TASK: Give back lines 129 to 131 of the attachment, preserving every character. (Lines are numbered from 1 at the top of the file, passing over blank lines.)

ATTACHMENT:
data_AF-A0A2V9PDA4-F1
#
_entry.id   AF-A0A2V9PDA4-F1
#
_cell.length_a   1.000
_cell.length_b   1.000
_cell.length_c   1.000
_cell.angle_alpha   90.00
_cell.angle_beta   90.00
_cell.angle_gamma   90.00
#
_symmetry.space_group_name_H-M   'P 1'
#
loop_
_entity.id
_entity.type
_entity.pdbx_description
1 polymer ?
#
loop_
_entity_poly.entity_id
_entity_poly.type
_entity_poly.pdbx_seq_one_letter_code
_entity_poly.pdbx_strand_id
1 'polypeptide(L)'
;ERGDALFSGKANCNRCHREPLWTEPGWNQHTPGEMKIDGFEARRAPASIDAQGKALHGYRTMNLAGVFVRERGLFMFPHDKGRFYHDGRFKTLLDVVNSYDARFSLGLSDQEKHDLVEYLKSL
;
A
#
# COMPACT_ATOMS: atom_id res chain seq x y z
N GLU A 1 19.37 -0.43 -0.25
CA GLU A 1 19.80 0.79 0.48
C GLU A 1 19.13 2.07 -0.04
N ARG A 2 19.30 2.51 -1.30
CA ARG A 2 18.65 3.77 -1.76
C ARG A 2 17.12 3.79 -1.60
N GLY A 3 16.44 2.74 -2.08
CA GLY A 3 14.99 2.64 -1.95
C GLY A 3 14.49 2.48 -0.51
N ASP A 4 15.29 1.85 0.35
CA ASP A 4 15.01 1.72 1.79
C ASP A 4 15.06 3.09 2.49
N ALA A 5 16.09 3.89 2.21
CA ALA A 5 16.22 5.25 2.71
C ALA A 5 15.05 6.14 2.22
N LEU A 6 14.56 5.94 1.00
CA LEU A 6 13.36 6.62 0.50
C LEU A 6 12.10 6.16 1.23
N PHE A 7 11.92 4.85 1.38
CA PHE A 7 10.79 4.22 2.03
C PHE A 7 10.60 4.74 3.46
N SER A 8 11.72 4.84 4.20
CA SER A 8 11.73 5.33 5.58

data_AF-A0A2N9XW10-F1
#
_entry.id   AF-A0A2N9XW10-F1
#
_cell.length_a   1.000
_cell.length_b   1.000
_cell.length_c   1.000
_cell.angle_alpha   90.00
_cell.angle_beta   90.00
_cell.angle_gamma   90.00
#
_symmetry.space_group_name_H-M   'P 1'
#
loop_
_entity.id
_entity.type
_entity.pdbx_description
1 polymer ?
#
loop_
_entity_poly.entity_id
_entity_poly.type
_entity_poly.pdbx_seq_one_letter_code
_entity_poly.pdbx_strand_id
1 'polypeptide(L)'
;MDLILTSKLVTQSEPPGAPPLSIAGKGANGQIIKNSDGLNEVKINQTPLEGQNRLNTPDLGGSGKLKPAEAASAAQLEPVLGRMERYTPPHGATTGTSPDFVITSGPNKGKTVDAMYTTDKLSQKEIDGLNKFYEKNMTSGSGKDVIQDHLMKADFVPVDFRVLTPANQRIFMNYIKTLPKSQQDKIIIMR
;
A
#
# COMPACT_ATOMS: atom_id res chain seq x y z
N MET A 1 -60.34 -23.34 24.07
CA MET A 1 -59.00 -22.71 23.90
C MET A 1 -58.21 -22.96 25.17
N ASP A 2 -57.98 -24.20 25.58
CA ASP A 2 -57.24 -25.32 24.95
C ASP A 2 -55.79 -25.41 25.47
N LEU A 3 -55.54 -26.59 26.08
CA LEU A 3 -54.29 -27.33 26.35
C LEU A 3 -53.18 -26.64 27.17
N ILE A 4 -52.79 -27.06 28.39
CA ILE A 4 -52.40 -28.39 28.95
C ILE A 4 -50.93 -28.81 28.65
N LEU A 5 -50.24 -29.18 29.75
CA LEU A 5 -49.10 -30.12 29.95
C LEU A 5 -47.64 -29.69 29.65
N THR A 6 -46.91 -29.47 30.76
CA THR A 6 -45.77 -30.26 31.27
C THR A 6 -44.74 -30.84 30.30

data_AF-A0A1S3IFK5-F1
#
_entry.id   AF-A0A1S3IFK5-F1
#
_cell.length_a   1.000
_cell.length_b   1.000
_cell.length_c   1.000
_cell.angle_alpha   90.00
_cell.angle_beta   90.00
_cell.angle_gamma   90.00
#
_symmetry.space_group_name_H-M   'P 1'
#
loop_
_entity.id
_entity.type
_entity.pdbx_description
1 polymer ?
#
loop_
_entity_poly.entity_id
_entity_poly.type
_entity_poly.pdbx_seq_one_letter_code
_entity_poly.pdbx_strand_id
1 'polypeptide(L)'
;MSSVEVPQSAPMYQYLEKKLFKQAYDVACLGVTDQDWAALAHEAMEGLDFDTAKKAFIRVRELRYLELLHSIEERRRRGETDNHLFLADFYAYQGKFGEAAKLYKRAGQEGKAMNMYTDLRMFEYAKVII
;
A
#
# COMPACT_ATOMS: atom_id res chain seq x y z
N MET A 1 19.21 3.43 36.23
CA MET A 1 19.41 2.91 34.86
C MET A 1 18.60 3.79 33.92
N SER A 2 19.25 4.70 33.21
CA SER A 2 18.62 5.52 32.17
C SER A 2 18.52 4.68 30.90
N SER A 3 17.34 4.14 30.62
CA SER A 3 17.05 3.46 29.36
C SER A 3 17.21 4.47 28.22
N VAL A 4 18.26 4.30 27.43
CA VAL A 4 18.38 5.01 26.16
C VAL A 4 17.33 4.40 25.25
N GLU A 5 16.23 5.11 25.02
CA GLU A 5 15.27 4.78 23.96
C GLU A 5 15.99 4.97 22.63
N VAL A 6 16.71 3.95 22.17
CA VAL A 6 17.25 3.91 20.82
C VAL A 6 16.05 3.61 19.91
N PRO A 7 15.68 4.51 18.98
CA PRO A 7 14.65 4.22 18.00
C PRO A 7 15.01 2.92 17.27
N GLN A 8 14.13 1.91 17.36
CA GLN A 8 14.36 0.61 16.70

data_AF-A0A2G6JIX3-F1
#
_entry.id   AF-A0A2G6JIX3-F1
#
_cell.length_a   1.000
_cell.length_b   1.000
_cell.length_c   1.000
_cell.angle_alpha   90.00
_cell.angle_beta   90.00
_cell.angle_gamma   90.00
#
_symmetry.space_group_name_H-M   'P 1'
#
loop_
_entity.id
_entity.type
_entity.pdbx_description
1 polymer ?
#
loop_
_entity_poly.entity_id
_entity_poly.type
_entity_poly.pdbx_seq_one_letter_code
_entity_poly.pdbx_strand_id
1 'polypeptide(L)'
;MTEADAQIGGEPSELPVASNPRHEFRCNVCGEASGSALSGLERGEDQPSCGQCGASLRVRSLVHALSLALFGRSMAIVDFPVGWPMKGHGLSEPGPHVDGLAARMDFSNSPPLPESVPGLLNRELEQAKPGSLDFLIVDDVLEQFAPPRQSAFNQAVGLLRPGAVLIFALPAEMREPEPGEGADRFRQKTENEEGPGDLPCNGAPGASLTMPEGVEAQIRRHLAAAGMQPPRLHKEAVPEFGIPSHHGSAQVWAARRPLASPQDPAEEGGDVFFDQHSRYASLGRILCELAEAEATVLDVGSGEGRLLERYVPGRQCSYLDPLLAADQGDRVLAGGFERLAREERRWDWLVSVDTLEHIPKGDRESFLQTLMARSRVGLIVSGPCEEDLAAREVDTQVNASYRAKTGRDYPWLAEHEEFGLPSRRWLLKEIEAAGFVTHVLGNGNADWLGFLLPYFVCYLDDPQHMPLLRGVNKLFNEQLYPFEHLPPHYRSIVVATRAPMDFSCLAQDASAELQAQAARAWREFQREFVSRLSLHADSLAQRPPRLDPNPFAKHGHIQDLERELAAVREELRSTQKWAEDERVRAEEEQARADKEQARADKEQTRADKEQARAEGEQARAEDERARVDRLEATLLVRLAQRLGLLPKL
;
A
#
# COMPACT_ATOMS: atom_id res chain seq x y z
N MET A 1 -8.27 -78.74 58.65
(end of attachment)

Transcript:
A
#
# COMPACT_ATOMS: atom_id res chain seq x y z